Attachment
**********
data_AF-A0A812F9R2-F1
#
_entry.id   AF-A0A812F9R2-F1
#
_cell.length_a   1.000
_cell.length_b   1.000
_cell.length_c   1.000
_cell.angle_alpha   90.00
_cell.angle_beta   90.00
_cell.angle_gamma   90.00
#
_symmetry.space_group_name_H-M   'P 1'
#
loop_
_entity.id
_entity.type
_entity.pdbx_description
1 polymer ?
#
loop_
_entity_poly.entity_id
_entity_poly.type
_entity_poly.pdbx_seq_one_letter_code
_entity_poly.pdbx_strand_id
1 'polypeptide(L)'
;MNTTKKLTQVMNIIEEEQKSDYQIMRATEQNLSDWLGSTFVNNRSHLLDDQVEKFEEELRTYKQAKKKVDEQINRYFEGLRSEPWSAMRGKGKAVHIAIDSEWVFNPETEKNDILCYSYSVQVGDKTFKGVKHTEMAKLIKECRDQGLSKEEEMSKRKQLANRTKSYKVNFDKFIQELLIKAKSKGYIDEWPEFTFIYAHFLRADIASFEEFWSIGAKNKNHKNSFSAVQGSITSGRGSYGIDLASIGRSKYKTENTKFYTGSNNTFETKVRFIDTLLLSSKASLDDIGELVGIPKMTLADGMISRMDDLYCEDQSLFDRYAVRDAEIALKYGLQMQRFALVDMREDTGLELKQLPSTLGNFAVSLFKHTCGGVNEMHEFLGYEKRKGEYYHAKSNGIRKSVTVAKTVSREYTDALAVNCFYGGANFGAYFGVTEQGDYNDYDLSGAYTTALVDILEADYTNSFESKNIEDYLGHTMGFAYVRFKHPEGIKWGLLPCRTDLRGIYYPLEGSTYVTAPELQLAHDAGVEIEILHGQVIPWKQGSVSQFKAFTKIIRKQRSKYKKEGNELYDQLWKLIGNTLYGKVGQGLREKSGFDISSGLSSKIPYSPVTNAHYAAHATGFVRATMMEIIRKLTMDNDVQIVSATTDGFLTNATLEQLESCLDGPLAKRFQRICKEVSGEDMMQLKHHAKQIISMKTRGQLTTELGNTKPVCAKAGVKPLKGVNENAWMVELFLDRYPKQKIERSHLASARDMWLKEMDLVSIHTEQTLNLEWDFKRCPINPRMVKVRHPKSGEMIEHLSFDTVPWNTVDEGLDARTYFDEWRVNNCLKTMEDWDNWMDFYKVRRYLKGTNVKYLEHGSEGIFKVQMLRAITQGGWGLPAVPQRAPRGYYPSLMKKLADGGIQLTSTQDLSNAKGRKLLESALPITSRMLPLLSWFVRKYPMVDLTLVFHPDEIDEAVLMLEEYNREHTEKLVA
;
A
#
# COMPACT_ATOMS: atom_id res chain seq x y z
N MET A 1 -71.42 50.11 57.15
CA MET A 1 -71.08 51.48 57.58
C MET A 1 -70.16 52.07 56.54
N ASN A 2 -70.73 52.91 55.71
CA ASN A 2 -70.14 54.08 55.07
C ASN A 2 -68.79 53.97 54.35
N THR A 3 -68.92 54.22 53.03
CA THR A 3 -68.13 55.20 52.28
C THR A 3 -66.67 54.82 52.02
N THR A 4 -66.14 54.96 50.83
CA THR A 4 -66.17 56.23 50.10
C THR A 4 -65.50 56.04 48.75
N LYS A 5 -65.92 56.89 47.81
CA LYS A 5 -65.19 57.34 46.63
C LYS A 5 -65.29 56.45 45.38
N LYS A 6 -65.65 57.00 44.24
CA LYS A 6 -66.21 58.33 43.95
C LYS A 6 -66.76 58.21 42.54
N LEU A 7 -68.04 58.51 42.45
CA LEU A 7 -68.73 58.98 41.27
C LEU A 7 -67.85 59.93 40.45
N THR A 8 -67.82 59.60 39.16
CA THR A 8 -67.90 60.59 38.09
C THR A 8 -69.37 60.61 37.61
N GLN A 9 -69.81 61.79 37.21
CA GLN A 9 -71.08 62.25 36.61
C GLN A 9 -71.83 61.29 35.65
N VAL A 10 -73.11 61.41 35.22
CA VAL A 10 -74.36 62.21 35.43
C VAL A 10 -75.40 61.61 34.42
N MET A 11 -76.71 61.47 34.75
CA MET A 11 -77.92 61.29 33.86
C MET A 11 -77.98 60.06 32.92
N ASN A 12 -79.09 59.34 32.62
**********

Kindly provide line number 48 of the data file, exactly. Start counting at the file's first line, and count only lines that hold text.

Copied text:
C LYS A 6 -66.76 58.21 42.54